OFFICIAL IATA CODE
Easyjet Flight EZY1842 to Manchester, economy class
S-Bahn trains on the S1 line go direct from several stations in the city to the airport, although there's a bit of weirdness at Ohlsdorf where the first half of the train splits off to go to the airport and the rest heads off elsewhere. So make sure you're in the first three carriages. Tickets cost €3.30 and it takes about 25 minutes. In a taxi, it'll cost €25 to €30.
Terminal One at Hamburg Airport Helmut Schmidt is an impressively big, bright open space, with an epic sweeping roof and not a support pillar in sight. Lots of natural light pours in through glass roof panels, and the whole thing has a 21st century superbarn vibe to it. If the idea is to avoid feeling cramped, it succeeds nicely.
I've already printed my boarding pass, and am travelling hand luggage only, so I can saunter straight on through. For everyone else, the scene is varied. There are big banks of self check-in touch screens that cover several airlines, but the queue at the Emirates desks is at least 50 people deep. And, chances are that many Aussies flying from Hamburg will be doing so with Emirates.
It doesn't take long to get through. There are plenty of lanes open, and they use the full body scanners. For all practical purposes, this means you don't have to take off watches, Fitbits and belts, as they'll be picked up on the scan anyway. Use of these scanners is optional for those worried about privacy.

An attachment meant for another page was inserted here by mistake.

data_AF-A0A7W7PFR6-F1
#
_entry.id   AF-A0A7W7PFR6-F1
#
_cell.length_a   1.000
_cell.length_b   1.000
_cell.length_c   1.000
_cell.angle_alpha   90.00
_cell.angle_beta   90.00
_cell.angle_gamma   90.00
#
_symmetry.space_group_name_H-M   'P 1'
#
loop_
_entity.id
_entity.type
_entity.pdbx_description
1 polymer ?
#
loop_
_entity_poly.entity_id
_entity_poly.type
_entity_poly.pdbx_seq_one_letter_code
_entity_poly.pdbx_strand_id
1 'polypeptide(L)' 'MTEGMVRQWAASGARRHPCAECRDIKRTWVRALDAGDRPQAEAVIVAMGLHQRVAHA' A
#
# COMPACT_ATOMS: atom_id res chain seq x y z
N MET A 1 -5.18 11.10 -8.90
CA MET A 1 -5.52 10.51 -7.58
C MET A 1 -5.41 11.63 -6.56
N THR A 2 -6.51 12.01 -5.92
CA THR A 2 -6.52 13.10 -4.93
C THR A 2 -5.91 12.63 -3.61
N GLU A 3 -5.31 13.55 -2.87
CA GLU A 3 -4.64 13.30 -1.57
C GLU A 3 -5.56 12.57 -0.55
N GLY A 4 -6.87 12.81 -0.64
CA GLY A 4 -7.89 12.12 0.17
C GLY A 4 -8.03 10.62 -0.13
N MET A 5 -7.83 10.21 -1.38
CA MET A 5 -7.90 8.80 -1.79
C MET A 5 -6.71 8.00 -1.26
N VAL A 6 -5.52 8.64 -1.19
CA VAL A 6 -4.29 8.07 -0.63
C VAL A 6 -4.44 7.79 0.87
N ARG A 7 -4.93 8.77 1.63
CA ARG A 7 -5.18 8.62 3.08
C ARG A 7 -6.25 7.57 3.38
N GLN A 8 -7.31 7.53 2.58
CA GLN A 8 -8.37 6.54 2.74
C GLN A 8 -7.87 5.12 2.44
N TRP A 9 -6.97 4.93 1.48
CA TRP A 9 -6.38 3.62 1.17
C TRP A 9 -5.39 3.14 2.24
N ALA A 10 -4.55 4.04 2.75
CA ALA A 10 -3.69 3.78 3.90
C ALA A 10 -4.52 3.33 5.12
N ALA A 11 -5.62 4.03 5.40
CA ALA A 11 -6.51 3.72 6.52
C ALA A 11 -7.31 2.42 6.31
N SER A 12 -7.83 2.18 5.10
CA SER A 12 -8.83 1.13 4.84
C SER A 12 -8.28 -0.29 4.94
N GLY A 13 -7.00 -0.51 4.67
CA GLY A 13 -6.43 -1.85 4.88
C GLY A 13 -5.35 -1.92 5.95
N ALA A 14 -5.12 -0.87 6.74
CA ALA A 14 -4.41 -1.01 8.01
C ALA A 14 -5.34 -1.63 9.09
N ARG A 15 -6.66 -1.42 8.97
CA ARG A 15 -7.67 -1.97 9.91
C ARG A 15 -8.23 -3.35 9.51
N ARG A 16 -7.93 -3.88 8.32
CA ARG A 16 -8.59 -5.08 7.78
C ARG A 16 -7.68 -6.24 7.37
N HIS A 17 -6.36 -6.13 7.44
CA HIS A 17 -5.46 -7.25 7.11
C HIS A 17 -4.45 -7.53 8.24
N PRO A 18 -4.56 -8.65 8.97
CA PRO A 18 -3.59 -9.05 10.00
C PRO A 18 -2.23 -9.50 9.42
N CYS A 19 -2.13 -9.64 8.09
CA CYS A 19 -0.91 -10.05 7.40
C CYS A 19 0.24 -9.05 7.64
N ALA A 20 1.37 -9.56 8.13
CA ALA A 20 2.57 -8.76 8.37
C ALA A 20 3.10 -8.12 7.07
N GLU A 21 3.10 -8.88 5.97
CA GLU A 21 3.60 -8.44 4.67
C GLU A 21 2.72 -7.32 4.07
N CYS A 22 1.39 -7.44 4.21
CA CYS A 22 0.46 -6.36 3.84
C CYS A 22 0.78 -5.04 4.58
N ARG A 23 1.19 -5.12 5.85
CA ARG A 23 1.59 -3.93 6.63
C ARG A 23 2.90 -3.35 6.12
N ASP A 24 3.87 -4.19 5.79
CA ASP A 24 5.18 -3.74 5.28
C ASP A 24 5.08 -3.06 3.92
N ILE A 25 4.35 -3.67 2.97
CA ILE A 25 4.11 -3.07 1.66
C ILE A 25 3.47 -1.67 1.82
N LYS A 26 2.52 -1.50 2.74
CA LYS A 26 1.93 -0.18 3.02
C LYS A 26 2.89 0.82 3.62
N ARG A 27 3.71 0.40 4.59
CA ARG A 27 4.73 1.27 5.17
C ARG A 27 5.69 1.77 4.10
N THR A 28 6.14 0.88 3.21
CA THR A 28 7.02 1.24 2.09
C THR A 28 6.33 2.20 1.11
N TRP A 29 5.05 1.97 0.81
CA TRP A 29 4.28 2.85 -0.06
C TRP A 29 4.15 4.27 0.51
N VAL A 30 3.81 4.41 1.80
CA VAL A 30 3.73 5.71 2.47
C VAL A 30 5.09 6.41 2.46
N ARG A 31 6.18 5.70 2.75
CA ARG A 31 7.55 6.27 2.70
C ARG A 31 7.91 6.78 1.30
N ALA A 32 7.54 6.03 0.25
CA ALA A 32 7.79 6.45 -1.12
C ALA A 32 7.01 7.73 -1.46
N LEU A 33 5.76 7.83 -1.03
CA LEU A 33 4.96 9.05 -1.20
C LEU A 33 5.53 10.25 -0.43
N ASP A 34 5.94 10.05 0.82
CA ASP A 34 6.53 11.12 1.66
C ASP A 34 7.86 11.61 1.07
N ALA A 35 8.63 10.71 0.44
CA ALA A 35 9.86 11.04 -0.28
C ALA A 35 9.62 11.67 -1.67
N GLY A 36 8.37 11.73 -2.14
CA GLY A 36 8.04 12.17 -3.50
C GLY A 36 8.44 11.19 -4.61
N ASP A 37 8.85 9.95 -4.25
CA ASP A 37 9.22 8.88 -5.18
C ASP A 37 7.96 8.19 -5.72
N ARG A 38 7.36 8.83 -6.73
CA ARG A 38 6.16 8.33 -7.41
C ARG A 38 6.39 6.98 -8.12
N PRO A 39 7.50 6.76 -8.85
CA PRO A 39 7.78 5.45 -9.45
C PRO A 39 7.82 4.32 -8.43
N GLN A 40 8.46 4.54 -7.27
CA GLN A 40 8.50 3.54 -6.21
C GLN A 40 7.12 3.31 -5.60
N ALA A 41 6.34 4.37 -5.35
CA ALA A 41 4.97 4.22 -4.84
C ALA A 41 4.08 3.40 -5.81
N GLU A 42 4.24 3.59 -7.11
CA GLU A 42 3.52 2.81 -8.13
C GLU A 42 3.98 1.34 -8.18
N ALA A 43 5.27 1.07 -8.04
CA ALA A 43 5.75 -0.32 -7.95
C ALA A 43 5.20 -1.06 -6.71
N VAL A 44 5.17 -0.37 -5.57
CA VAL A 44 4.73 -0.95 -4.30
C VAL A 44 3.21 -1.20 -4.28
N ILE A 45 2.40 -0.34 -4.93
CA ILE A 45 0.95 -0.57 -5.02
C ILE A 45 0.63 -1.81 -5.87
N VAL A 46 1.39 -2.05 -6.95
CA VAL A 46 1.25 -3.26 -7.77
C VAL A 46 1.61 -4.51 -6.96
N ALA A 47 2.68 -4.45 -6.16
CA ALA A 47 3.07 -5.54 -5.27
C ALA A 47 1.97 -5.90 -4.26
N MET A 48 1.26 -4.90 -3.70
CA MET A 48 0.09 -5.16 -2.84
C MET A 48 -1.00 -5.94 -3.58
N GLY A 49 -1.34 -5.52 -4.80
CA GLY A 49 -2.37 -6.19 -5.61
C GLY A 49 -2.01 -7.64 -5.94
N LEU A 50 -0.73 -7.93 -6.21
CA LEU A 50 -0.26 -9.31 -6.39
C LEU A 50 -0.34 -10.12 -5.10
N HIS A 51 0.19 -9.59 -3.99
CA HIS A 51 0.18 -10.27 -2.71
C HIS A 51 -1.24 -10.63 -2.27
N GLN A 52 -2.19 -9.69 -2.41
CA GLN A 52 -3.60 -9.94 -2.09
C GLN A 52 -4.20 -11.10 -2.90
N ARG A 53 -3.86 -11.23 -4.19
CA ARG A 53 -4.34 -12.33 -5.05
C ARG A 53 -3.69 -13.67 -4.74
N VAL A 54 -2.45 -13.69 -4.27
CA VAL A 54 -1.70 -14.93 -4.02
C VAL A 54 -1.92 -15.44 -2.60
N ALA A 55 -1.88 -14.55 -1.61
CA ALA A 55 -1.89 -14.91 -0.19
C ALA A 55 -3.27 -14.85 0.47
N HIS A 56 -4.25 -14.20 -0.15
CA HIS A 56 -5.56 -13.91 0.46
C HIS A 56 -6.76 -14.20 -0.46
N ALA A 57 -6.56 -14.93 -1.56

FOOD AND DRINK
On initial inspection, the selection looks pretty dismal, with several iterations on the mediocre sandwich genre. The main two – which also offer coffees, soft drinks and booze – are called Pier One and Pier Two. The sandwiches are the same price in both, but considerably more impressive in the latter.
There are more, weirdly underpublicised, options on the third floor. Seafood specialist Gosch Sylt, where the fish is kept on ice, is by far the best bet.
The duty free shopping is sprawling, with a good kids' toys section towards the end. Destination Hamburg focuses on souvenirs – plenty of St Pauli football club skull and crossbones merchandise, local gins and marzipan chocolates, plus a deluge of nautical-looking kids' clothing. Elsewhere, expect regional and international fashion chains, with the women's selection – bold, colourful offerings from Desigual and 5 Secrets – more appealing than the men's.
Hamburg does quite nicely with bonus add-ons. The kids' playground is a proper spaceship-themed affair with adventure climbing frames and big slides; there are massage stations charging €15 for ten minutes, and there's a fab outdoor viewing deck with prime view of planes taking off and landing.
ONE MORE THING
The airport is in zone one for public transport – so if you've got a day pass, it's covered. There's no need to buy an extra ticket.
Hamburg's airport is relatively easy to get to and through. It looks good without quite breaking into properly striking. And, while it hasn't got the flight connections you might expect for Germany's second largest city, there are far worse airports in Germany to fly in and out of.
David Whitley travelled at his own expense